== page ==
Frontier Ruckus has been putting out wall-of-words folk rock for over a decade now. Their lyrics are to suburban Detroit what The Hold Steady’s have been for the Twin Cities, story songs peppered with place names and proper nouns that give them a lived-in familiarity. Currently touring as a sextet, the group just released their fourth LP, Sitcom Afterlife. The album continues where 2012’s two-disc Eternity of Dimming left off, a tangle of acoustic guitars, harmoniums, and trumpets, with songwriter Matthew Milia’s rapidfire delivery almost too fast to catch on first listen. At times, his earnestness threatens to derail the whole operation, but his writing is simply too good to let that happen. His songs live “in the lensflare/Of some little memory,” fixated on nostalgia and populated by laid-off workers of dead malls and factories.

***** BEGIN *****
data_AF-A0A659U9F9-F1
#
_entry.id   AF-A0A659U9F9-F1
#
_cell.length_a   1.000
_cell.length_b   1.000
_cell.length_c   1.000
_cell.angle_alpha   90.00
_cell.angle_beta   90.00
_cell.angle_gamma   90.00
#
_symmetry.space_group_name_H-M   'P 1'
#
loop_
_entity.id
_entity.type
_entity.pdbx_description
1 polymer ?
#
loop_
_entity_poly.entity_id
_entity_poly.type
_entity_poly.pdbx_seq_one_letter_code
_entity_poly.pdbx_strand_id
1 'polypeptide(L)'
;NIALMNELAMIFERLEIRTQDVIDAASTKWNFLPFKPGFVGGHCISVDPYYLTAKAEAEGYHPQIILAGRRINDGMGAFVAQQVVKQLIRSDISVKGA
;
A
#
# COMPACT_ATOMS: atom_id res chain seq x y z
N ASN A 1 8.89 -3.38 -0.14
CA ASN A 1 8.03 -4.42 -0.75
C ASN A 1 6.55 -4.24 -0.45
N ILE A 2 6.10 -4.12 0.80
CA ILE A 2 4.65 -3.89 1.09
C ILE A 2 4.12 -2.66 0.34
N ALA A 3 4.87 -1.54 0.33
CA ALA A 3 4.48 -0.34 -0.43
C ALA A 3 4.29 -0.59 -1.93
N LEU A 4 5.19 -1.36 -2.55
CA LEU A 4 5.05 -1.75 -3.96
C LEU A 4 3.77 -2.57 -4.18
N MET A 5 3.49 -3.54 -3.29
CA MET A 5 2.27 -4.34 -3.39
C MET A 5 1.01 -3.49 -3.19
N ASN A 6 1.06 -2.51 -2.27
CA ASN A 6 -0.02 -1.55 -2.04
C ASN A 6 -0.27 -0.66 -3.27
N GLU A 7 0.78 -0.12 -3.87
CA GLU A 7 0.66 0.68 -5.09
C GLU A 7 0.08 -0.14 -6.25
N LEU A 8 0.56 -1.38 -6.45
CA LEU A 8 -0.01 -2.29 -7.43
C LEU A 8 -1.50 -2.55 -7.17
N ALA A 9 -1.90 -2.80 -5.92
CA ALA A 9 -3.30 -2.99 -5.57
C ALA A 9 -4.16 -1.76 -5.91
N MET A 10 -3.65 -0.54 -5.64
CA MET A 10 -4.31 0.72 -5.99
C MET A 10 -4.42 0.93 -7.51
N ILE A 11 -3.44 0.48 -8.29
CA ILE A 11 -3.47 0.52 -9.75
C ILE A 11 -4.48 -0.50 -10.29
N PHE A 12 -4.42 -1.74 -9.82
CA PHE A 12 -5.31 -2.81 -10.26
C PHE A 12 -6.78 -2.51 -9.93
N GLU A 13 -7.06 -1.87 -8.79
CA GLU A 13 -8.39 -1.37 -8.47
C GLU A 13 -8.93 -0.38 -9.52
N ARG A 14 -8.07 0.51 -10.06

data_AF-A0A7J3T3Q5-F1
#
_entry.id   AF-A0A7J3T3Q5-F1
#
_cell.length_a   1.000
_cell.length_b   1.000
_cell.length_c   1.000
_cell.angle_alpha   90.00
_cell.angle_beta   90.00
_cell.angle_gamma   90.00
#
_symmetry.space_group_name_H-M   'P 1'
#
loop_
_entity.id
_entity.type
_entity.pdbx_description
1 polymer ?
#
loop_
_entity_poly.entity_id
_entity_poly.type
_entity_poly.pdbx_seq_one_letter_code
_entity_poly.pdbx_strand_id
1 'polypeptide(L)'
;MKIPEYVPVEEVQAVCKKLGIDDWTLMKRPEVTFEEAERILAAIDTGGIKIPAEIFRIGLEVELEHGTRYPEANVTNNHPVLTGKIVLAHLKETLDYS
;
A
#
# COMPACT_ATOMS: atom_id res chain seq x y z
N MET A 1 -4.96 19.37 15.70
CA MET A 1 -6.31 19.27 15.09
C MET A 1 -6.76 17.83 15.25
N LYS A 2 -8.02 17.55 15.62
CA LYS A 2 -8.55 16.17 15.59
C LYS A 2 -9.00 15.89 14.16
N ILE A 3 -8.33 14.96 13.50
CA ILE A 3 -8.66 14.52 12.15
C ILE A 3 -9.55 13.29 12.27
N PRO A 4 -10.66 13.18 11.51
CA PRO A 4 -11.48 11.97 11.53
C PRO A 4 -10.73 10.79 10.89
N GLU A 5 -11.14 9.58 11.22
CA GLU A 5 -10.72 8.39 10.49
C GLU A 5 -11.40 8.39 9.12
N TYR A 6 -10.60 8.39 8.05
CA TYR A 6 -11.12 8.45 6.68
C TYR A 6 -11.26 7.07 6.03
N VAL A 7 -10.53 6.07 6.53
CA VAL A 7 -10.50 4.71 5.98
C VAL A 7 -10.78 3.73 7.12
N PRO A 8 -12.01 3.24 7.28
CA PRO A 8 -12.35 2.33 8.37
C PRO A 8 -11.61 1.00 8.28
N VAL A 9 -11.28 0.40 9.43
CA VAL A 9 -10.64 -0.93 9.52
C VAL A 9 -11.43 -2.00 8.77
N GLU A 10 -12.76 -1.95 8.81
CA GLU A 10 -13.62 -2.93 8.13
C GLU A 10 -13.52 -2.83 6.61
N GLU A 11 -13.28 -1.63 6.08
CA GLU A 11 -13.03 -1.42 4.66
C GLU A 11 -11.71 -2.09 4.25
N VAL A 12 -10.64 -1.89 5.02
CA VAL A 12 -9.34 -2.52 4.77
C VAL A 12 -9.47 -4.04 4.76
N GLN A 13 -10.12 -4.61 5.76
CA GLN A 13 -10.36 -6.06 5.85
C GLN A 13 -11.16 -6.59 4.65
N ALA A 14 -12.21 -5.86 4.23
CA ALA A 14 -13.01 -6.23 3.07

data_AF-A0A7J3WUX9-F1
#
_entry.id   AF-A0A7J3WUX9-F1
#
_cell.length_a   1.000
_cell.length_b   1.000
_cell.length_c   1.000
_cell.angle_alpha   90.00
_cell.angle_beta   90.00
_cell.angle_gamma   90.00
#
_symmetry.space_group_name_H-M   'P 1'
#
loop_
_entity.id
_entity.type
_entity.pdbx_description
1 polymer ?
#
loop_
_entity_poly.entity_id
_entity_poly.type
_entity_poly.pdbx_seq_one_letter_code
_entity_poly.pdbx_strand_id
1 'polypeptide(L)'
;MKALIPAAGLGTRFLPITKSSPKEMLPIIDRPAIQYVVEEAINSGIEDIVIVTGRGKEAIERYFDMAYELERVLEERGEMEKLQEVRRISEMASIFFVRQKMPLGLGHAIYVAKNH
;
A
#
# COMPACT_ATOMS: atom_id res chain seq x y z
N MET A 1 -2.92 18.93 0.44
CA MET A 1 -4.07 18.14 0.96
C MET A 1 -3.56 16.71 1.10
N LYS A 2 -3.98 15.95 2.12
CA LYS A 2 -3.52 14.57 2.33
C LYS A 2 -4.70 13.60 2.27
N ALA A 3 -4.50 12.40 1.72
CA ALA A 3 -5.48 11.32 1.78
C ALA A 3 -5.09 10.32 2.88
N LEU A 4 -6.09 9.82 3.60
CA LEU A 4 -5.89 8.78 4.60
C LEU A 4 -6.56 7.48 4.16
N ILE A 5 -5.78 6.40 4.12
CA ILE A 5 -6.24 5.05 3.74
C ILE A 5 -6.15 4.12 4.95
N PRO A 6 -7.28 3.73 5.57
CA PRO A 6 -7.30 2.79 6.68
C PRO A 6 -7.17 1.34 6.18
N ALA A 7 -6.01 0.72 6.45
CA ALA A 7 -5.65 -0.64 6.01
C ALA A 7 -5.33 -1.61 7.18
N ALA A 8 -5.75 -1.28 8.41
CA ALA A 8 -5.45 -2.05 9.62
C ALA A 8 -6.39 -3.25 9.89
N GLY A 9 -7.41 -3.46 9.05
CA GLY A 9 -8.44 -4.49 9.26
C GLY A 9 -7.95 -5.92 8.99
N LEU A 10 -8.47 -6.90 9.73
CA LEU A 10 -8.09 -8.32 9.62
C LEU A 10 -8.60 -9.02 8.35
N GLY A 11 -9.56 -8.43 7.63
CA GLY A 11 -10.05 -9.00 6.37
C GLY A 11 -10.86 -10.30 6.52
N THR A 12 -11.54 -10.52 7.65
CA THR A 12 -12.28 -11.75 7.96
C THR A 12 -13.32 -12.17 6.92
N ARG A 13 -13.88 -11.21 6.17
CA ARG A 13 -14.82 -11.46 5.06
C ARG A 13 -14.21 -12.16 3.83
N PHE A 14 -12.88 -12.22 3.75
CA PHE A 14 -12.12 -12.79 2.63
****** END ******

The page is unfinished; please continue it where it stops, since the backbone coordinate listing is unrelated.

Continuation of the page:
Opening act (and sensible tour pairing) River Whyless hails from Asheville, NC. They’re currently supporting last month’s self-titled EP, which has already received national press and extensive play on NPR’s World Cafe. The record’s five songs are skeletal, intimate affairs, driven by the ghostly harmonies of singers Ryan O’Keefe and Halli Anderson and the rimshot-heavy drumming of Alex McWalters. An undercurrent of dread runs through the entire EP, peeking out in ride cymbal swells and fiddle licks. On its surface, “Maple Sap” is simply about tapping trees, but there’s something sinister in O’Keefe’s calls to “start the black stove.” As Chris Rodahaffer’s echoing pedal steel fades off at the end of closer “Fine Companion,” you can’t help but be excited to hear what comes next.